NASS to reduce budget deficit through Finance Act
The N11.03 trillion deficit proposed in the N19.76 trillion 2023 budget as indicated in 2023-2025 MTEF and FSP will be tackled by the National Assembly via necessary amendments of relevant provisions of the Finance Act.
Chairman, Senate Committee on General Services, Sani Musa ( APC Niger-East), disclosed this while speaking with journalists in Abuja.
Mr Musa said there was an urgent need to look into other areas beyond crude oil to generate revenue to fund the budget and ultimately reduce the deficit in the budgetary provision.
“The budget of this country has been in deficit, and the only thing we can do is to amend so many things in the Finance Act,” he said.
He said this would enable the generation of more revenues from other sources rather than depending on oil alone and, by extension, reduce the size of the proposed budget deficit.
The Senate had, through its finance committee, at an interactive session with the Minister of Finance, Budget and National Planning, Zainab Ahmed, decried the proposed deficit as proposed in the N19.76 trillion 2023 budget.
Solomon Adeola (APC Lagos) and chairman, Senate Committee on Finance, had told heads of revenue-generating agencies to evolve other sources of revenue generation to reduce borrowing and, ultimately, the deficit in the nation’s budget.
Mr Musa said the ninth Senate had done creditably, given the laudable bills passed to improve the economy, adding that the renovation of the National Assembly complex was also a steering achievement of the ninth assembly.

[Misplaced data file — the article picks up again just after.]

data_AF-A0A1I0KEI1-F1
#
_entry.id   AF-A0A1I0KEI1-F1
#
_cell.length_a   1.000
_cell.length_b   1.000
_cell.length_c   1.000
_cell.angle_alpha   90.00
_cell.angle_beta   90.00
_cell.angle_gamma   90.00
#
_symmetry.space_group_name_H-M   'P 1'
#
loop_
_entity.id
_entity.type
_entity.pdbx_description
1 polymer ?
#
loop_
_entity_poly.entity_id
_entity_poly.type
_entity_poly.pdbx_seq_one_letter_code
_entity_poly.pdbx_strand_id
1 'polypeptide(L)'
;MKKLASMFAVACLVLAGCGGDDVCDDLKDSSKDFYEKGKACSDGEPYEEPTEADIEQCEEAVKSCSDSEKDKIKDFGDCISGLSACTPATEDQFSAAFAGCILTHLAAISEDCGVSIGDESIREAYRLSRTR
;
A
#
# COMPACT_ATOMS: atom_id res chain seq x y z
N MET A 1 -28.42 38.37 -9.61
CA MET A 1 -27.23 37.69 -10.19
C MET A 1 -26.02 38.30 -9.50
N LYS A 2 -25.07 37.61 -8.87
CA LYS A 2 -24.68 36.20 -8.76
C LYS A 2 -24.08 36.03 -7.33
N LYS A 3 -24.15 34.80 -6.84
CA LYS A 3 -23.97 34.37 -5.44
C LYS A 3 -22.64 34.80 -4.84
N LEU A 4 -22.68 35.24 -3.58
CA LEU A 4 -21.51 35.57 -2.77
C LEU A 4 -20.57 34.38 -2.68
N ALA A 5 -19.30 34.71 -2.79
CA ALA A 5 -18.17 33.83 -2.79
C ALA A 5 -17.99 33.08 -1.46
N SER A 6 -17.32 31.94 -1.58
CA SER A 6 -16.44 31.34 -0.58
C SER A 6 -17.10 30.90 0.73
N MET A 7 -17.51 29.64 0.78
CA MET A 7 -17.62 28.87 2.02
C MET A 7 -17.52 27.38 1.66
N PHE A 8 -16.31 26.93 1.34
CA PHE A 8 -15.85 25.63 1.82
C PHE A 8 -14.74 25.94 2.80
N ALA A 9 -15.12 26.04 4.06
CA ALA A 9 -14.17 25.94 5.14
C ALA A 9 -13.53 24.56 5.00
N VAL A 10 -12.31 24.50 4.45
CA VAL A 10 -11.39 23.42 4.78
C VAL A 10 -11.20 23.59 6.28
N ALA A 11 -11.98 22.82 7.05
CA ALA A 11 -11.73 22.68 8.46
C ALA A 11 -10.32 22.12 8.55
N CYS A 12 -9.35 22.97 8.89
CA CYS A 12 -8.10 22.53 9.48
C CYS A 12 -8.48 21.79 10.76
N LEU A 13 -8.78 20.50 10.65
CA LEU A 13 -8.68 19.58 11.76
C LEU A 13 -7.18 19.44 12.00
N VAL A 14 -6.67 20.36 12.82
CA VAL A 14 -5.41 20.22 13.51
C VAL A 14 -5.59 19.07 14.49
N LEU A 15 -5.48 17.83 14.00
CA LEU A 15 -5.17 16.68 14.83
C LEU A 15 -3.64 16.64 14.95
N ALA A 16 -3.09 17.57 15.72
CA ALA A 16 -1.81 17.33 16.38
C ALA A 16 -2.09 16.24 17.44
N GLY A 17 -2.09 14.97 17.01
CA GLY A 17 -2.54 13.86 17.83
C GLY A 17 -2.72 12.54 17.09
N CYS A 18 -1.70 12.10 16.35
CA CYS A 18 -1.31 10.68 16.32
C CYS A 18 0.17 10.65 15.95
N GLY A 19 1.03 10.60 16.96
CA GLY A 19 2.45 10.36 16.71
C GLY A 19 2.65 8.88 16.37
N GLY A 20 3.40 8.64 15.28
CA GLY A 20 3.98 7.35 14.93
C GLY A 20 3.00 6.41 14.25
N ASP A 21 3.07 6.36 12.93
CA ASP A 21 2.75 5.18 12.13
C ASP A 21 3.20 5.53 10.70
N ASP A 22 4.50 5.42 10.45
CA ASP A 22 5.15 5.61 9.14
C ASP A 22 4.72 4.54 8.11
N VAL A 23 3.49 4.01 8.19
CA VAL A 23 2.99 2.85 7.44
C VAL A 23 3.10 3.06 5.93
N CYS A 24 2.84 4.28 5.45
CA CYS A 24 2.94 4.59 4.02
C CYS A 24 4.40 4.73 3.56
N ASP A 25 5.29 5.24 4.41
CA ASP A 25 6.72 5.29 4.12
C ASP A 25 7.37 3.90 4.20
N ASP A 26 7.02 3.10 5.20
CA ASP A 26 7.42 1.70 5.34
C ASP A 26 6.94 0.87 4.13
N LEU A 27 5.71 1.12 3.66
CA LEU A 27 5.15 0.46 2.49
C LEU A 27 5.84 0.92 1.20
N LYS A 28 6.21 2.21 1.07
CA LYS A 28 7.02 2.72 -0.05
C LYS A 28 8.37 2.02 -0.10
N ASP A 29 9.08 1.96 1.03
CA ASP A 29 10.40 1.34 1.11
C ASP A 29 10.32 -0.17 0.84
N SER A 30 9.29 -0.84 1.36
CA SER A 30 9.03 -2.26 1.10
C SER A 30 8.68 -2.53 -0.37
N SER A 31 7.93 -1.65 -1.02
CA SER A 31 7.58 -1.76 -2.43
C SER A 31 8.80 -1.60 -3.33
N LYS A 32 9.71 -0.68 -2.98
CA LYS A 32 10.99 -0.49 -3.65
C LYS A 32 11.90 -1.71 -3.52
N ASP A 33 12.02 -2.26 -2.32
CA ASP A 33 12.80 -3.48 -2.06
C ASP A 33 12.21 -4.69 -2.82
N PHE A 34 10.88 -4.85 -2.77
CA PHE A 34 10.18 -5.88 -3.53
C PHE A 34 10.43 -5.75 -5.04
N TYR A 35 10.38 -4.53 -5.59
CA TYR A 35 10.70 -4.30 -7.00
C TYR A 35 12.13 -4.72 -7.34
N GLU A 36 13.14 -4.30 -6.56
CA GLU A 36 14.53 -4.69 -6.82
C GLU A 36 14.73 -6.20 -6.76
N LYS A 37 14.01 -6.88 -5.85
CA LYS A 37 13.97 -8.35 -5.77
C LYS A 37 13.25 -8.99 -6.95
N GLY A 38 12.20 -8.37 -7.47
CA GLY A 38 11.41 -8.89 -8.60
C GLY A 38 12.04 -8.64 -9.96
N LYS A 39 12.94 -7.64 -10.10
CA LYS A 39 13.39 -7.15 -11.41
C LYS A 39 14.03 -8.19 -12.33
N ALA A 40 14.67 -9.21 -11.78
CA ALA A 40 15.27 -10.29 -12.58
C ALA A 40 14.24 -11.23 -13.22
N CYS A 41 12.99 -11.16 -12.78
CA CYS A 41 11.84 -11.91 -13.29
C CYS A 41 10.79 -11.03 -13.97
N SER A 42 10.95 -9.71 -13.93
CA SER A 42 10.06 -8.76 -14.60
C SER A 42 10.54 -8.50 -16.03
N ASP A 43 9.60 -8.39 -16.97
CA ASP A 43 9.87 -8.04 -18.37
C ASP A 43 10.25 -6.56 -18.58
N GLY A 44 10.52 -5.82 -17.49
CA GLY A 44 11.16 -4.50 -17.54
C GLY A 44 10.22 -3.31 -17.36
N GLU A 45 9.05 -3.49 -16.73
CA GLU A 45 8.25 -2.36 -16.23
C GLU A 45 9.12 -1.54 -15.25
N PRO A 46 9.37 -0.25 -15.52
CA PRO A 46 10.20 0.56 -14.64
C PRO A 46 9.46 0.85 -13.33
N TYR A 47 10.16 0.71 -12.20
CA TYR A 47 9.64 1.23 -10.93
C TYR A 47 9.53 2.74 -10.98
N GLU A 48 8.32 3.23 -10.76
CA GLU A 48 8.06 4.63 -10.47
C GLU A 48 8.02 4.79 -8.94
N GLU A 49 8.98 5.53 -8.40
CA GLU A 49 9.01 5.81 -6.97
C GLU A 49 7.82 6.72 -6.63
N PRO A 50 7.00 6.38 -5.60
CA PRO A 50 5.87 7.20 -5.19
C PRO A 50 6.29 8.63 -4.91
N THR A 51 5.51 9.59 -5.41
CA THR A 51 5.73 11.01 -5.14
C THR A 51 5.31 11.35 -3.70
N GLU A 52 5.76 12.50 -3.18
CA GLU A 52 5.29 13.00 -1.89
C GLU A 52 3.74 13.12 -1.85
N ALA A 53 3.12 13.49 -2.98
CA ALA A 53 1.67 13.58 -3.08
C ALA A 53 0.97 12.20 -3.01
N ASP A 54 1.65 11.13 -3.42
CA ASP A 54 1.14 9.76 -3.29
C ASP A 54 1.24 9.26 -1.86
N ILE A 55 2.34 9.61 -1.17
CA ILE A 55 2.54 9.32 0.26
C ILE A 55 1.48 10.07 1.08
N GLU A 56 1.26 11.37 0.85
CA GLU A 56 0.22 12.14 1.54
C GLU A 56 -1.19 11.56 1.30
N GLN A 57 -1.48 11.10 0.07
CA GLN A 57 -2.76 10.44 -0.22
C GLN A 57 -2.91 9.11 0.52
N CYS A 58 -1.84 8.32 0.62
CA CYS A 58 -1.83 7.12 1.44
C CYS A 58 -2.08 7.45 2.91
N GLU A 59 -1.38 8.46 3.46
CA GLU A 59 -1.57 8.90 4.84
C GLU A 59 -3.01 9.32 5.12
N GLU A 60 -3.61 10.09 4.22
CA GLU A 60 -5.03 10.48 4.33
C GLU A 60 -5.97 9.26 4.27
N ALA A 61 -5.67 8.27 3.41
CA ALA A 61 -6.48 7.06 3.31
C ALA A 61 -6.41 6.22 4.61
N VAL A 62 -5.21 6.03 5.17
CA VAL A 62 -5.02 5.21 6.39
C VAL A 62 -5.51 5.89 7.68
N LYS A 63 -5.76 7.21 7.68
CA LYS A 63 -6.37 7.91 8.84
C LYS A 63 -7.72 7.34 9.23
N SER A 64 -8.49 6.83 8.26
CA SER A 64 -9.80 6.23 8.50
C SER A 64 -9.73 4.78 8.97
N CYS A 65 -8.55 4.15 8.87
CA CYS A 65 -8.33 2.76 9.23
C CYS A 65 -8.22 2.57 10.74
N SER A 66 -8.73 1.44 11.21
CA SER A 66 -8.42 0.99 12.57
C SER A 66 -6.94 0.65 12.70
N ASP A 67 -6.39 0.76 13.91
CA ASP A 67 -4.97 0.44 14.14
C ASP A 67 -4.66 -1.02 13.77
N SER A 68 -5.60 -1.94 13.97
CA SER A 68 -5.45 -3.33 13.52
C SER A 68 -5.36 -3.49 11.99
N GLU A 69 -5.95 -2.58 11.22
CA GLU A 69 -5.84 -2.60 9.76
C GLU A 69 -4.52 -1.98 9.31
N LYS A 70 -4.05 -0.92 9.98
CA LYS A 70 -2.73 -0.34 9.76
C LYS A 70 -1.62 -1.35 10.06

He said given the renovation, a temporary chamber for the plenary assembly was being put in place for senators ahead of its resumption on September 20.
“You will recall that the ninth Senate has done very well because this edifice, since it was built, has never been rehabilitated; we are refurbishing it, bringing it back to standard like any other parliament you see around the world.”
Commenting further on the general renovation work going on at the National Assembly, Mr Musa said it was an overdue project and very necessary in making the NASS, particularly the hallowed Chambers, meet up with global standards.
“It is a great achievement for us that we are renovating the National Assembly complex that has been built over 20 years.
“What we read from the newspapers that NASS leadership has not done anything on the leaking roof is not true.
“This edifice is supposed to be managed and taken care of by the FCT because it is their property, but now we have taken it as a responsibility on us to make sure we renovate it.
“I’m sure that by the time the renovation of the National Assembly chambers is completed, other African countries will come to see and make Nigeria as a case study and see how we have improved on parliamentary infrastructure.”
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